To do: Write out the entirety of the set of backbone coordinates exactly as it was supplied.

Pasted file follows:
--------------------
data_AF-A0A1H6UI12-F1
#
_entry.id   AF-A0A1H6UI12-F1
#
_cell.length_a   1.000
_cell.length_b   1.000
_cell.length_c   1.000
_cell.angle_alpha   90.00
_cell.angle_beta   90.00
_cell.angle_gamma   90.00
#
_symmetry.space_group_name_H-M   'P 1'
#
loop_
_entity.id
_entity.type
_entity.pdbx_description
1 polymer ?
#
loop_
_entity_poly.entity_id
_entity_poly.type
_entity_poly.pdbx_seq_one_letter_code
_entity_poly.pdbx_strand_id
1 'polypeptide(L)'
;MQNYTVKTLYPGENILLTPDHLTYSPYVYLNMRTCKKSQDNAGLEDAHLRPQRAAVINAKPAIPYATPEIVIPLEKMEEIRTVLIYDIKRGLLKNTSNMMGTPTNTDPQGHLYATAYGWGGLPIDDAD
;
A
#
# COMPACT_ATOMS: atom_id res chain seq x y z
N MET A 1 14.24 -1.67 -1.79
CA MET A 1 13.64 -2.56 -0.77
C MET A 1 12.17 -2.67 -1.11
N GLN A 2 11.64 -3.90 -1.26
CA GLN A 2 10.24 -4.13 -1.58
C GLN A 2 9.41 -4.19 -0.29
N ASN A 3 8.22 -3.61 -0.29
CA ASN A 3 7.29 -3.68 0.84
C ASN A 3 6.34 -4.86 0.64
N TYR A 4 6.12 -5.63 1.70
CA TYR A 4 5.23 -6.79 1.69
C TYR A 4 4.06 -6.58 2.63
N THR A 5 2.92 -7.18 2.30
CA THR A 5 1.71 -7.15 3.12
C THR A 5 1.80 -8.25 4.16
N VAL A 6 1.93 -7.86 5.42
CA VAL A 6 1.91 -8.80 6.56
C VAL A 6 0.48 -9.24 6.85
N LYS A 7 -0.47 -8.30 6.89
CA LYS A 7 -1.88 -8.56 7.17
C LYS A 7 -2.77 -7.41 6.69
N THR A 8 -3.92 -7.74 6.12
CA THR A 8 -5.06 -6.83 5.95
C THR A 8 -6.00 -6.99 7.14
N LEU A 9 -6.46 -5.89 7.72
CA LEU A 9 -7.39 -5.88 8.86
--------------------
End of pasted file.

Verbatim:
data_AF-A0A1H6UI12-F1
#
_entry.id   AF-A0A1H6UI12-F1
#
_cell.length_a   1.000
_cell.length_b   1.000
_cell.length_c   1.000
_cell.angle_alpha   90.00
_cell.angle_beta   90.00
_cell.angle_gamma   90.00
#
_symmetry.space_group_name_H-M   'P 1'
#
loop_
_entity.id
_entity.type
_entity.pdbx_description
1 polymer ?
#
loop_
_entity_poly.entity_id
_entity_poly.type
_entity_poly.pdbx_seq_one_letter_code
_entity_poly.pdbx_strand_id
1 'polypeptide(L)'
;MQNYTVKTLYPGENILLTPDHLTYSPYVYLNMRTCKKSQDNAGLEDAHLRPQRAAVINAKPAIPYATPEIVIPLEKMEEIRTVLIYDIKRGLLKNTSNMMGTPTNTDPQGHLYATAYGWGGLPIDDAD
;
A
#
# COMPACT_ATOMS: atom_id res chain seq x y z
N MET A 1 14.24 -1.67 -1.79
CA MET A 1 13.64 -2.56 -0.77
C MET A 1 12.17 -2.67 -1.11
N GLN A 2 11.64 -3.90 -1.26
CA GLN A 2 10.24 -4.13 -1.58
C GLN A 2 9.41 -4.19 -0.29
N ASN A 3 8.22 -3.61 -0.29
CA ASN A 3 7.29 -3.68 0.84
C ASN A 3 6.34 -4.86 0.64
N TYR A 4 6.12 -5.63 1.70
CA TYR A 4 5.23 -6.79 1.69
C TYR A 4 4.06 -6.58 2.63
N THR A 5 2.92 -7.18 2.30
CA THR A 5 1.71 -7.15 3.12
C THR A 5 1.80 -8.25 4.16
N VAL A 6 1.93 -7.86 5.42
CA VAL A 6 1.91 -8.80 6.56
C VAL A 6 0.48 -9.24 6.85
N LYS A 7 -0.47 -8.30 6.89
CA LYS A 7 -1.88 -8.56 7.17
C LYS A 7 -2.77 -7.41 6.69
N THR A 8 -3.92 -7.74 6.12
CA THR A 8 -5.06 -6.83 5.95
C THR A 8 -6.00 -6.99 7.14
N LEU A 9 -6.46 -5.89 7.72
CA LEU A 9 -7.39 -5.88 8.86